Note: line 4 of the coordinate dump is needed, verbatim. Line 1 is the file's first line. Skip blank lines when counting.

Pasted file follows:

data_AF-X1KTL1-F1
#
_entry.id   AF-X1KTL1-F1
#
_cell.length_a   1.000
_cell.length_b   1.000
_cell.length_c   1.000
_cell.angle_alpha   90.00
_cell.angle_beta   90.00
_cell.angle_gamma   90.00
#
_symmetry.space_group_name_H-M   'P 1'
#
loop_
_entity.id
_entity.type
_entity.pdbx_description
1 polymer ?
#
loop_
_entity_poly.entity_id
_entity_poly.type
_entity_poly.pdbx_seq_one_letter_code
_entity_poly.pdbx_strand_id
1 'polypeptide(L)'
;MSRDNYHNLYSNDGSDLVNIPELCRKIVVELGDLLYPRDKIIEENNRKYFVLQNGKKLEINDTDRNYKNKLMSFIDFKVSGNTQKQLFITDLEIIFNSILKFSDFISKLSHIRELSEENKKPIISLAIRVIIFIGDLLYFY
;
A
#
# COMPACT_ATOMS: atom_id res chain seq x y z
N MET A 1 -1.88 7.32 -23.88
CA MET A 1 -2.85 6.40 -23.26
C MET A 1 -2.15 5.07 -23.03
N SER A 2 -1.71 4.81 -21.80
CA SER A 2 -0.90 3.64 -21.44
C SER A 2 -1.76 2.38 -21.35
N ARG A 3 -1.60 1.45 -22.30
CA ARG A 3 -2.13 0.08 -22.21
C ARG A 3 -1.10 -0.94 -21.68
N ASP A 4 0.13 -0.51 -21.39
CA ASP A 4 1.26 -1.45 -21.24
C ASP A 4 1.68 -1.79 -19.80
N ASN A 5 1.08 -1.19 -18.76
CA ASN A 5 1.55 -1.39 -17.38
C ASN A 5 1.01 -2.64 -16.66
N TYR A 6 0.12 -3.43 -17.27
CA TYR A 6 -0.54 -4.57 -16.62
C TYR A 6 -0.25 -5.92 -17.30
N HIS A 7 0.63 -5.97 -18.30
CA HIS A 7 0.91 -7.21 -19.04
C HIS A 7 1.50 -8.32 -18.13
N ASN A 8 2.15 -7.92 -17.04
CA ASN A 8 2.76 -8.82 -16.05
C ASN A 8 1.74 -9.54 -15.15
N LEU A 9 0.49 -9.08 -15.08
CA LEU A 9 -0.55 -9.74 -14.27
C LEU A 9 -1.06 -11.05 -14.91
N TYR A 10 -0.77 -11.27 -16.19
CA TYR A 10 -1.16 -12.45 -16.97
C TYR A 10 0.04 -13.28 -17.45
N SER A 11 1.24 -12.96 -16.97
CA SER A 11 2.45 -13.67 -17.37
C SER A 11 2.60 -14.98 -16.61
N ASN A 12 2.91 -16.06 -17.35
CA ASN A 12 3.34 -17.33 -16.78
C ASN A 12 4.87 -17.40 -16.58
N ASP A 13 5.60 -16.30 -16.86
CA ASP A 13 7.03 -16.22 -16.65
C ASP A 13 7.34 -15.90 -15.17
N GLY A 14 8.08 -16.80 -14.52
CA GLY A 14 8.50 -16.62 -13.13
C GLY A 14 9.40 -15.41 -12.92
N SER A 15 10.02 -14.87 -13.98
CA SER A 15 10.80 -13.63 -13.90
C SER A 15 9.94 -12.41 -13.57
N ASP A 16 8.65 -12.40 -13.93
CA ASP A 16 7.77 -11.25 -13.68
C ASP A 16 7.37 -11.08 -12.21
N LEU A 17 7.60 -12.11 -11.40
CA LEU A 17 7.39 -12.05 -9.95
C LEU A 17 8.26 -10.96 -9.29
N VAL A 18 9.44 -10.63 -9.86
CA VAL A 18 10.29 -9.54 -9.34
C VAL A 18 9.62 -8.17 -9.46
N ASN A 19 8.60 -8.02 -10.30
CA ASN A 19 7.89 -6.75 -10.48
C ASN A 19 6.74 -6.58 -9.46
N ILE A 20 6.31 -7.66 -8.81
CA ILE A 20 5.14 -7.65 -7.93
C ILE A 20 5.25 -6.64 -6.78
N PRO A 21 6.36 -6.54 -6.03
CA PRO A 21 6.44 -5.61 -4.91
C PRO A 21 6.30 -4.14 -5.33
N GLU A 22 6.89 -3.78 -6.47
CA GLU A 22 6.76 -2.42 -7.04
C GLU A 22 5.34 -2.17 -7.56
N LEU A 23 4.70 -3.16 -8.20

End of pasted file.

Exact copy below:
#